Once, the Federal Labor Relations Authority, a tiny government agency, was a forgotten backwater. Now it’s merely treading water.
Although small, the FLRA is important to federal employees. It handles federal union representation disputes, unfair labor practice complaints and conflicts between agencies and labor organizations.
But it is stymied. The three-member panel has only one. It lacks a quorum, so the authority cannot issue decisions.
“The impact of delayed decisions from lack of a FLRA quorum is to delay significantly the relief for grievants ordered after hearing by an arbitrator,” said Colleen M. Kelley, president of the National Treasury Employees Union. “That is simply unfair, in that grievants in most instances have been living with outstanding disputes for some time. Further delay means no finality. In many cases, it means that money owed to a grievant is not being paid on a timely basis.”
Actually, the work of the agency continues — only for some of it to stall at the most important point. Except for the halt in issuing decisions, which is an “important reality,” as Chairman Ernie DuBester acknowledges, “it is still business as usual.”
“We are moving cases,” he added, “including right up to my consideration and voting.”
But he’s operating in an echo chamber. The only authority member’s voice on cases is his and decisions need at least a duet.
“There’s only so much he can do as a single member, which is not a lot,” said David Borer, general counsel of the American Federation of Government Employees (AFGE).
“AFGE has hundreds of cases a year before the board,” he said. “We need a fully staffed and working agency. This is going to mean delays in case processing and a return to the Bush-era situation in which the FLRA was hamstrung and unable to handle cases. That’s shortchanging federal employees.”
When President George W. Bush left office, the FLRA was a depleted, dispirited place. Staffing declined some 40 percent to about 120 employees in fiscal 2008, down from more than 200 in 2001. The agency’s budget fell 19 percent over five years beginning in 2003. The FLRA was rated dead last among agencies in its category on the 2007 and 2009 Best Places to Work in the Federal Government lists.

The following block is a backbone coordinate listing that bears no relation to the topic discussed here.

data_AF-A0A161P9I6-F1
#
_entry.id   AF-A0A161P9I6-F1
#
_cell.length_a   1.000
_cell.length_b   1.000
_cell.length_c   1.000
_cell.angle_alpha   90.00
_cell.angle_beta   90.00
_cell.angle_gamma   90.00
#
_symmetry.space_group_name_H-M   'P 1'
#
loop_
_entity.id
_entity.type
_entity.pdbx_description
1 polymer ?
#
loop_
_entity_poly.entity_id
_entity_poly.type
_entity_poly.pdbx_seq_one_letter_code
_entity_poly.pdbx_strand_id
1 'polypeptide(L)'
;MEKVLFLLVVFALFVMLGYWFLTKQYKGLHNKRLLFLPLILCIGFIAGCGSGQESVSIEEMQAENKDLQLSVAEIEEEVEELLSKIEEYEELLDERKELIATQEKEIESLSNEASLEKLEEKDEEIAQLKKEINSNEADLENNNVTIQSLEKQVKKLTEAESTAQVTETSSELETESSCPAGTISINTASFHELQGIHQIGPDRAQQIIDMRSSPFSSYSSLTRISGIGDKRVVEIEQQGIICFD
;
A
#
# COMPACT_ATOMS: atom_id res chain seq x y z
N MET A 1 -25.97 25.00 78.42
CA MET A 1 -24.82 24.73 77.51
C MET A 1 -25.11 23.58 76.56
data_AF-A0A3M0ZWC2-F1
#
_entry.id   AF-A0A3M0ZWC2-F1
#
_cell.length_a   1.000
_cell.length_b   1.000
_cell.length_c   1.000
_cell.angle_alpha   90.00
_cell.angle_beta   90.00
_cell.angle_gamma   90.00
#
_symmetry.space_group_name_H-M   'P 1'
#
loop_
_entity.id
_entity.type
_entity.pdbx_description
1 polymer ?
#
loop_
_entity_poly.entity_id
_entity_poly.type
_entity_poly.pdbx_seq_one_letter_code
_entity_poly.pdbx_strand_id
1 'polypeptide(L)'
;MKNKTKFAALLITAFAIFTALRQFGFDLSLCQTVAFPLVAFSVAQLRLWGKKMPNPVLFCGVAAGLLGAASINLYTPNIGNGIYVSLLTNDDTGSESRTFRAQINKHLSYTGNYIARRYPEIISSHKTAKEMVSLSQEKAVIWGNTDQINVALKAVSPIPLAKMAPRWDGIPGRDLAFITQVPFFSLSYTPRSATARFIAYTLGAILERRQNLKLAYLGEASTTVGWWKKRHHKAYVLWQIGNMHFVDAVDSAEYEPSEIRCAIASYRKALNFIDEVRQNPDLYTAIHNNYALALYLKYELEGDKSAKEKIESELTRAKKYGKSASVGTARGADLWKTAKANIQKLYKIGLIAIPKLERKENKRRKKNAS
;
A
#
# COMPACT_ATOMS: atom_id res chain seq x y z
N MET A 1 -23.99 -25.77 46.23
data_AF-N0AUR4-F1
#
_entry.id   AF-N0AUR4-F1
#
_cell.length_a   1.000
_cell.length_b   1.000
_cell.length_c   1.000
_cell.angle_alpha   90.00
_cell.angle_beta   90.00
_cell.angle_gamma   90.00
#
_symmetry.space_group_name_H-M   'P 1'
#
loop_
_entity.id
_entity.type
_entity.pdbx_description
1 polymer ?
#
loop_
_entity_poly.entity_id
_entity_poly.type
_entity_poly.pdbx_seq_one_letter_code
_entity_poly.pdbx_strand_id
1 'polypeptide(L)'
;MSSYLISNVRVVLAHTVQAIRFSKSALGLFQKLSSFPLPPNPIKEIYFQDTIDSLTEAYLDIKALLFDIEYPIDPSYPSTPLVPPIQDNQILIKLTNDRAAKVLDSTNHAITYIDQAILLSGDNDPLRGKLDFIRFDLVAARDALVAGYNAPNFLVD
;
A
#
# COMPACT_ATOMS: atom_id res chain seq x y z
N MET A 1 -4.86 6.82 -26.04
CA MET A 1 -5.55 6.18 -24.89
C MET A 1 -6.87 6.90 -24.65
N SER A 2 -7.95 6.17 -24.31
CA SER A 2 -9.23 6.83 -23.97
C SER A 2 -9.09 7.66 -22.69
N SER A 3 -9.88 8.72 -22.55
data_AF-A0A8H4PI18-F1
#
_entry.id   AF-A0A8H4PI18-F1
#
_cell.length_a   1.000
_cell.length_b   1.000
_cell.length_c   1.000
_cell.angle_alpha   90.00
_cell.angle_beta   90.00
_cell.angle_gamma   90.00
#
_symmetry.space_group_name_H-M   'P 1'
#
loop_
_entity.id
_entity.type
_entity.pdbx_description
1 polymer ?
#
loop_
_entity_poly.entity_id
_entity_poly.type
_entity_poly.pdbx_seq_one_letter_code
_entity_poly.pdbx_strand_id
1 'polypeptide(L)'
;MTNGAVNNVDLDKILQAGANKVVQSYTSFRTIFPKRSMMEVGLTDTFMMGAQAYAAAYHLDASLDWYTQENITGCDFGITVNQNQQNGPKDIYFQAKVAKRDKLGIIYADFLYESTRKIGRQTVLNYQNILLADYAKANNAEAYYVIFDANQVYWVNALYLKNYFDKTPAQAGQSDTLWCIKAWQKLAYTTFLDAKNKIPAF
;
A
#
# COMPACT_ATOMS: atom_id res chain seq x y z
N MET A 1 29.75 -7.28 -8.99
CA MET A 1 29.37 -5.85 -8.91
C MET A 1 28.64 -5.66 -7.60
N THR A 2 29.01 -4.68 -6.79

The backlog was hundreds of cases deep as Bush left office, because the agency then, as now, had been without at least two members.
That memory of dysfunction remains fresh and heightens concern over the present situation. Now, however, is nowhere near as bad as then, at least not yet.
“We certainly don’t want to recreate the serious situation when I came in and joined the authority back in 2009, when we had a backlog of about 400 cases,” DuBester said. “That really undermines the statutory imperative.”
The agency was resuscitated once President Obama took office. For most of that time, the authority has had a full complement of members, staffing increased and so did employee morale. At the end of last year, the backlog was just two cases. In 2010, the FLRA was honored as the most improved small agency on the Best Places list. The list is published by the Partnership for Public Service. (The nonprofit organization has a content-sharing relationship with The Washington Post.) In 2012, the agency was ranked eight out of 29 agencies. That’s very good for a place that was a castoff not long ago.
There’s no indication it will sink again, but the inability to issue decisions is troubling.
DuBester said the authority issued 143 decisions in fiscal 2012. If that rate of work flow continues, the agency will fall behind by about 12 cases for each month it goes without a quorum.
“[O]nce this important administrative agency gets back in business, there is no telling how long it will take to catch up with the backlog,” Kelley said. “This not only is inefficient and frustrating, it is unfair in that parties are still held to FLRA filing and other timelines, but without the prospect of decision.”
Obama has renominated Carol Waller Pope to be chairman of the authority. She had to leave office Jan. 4 because of tenure limitations. There already was one vacancy, so her departure left the authority without the minimum number of members required to get work done.
The White House announced Obama’s intention to renominate her on Dec. 20, but the Senate did not receive the nomination until Jan. 22, according to the Senate Homeland Security and Governmental Affairs Committee. No date for Senate action has been set.
The delay in getting Pope’s nomination to Capitol Hill, which the White House did not explain, ensured the agency’s work would stall.
“We’re dismayed that we’re down to one member again,” Borer said. “It’s really a mystery” why the White House waited so long to nominate Pope. “It wasn’t for a lack of people bringing it to their attention.”
Previous columns by Joe Davidson are available at wapo.st/JoeDavidson.